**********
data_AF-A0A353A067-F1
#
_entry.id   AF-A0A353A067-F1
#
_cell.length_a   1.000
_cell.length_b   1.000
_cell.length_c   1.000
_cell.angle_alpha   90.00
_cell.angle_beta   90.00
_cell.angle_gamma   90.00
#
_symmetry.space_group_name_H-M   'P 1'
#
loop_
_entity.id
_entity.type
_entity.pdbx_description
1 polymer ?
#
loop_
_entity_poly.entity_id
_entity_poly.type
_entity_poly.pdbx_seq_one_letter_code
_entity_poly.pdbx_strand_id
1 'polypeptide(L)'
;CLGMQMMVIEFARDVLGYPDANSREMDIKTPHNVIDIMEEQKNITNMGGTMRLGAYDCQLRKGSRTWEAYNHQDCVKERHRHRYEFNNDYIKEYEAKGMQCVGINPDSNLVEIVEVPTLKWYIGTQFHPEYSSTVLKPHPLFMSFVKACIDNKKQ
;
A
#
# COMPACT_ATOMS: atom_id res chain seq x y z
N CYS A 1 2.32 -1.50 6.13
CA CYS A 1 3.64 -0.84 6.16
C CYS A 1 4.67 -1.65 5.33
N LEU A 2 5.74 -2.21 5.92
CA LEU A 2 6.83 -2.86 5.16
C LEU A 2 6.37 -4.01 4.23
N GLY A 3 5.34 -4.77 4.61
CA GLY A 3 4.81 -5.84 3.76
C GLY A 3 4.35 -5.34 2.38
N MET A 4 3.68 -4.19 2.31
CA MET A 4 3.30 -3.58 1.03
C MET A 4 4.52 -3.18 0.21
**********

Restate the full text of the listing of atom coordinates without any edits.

data_AF-A0A353A067-F1
#
_entry.id   AF-A0A353A067-F1
#
_cell.length_a   1.000
_cell.length_b   1.000
_cell.length_c   1.000
_cell.angle_alpha   90.00
_cell.angle_beta   90.00
_cell.angle_gamma   90.00
#
_symmetry.space_group_name_H-M   'P 1'
#
loop_
_entity.id
_entity.type
_entity.pdbx_description
1 polymer ?
#
loop_
_entity_poly.entity_id
_entity_poly.type
_entity_poly.pdbx_seq_one_letter_code
_entity_poly.pdbx_strand_id
1 'polypeptide(L)'
;CLGMQMMVIEFARDVLGYPDANSREMDIKTPHNVIDIMEEQKNITNMGGTMRLGAYDCQLRKGSRTWEAYNHQDCVKERHRHRYEFNNDYIKEYEAKGMQCVGINPDSNLVEIVEVPTLKWYIGTQFHPEYSSTVLKPHPLFMSFVKACIDNKKQ
;
A
#
# COMPACT_ATOMS: atom_id res chain seq x y z
N CYS A 1 2.32 -1.50 6.13
CA CYS A 1 3.64 -0.84 6.16
C CYS A 1 4.67 -1.65 5.33
N LEU A 2 5.74 -2.21 5.92
CA LEU A 2 6.83 -2.86 5.16
C LEU A 2 6.37 -4.01 4.23
N GLY A 3 5.34 -4.77 4.61
CA GLY A 3 4.81 -5.84 3.76
C GLY A 3 4.35 -5.34 2.38
N MET A 4 3.68 -4.19 2.31
CA MET A 4 3.30 -3.58 1.03
C MET A 4 4.52 -3.18 0.21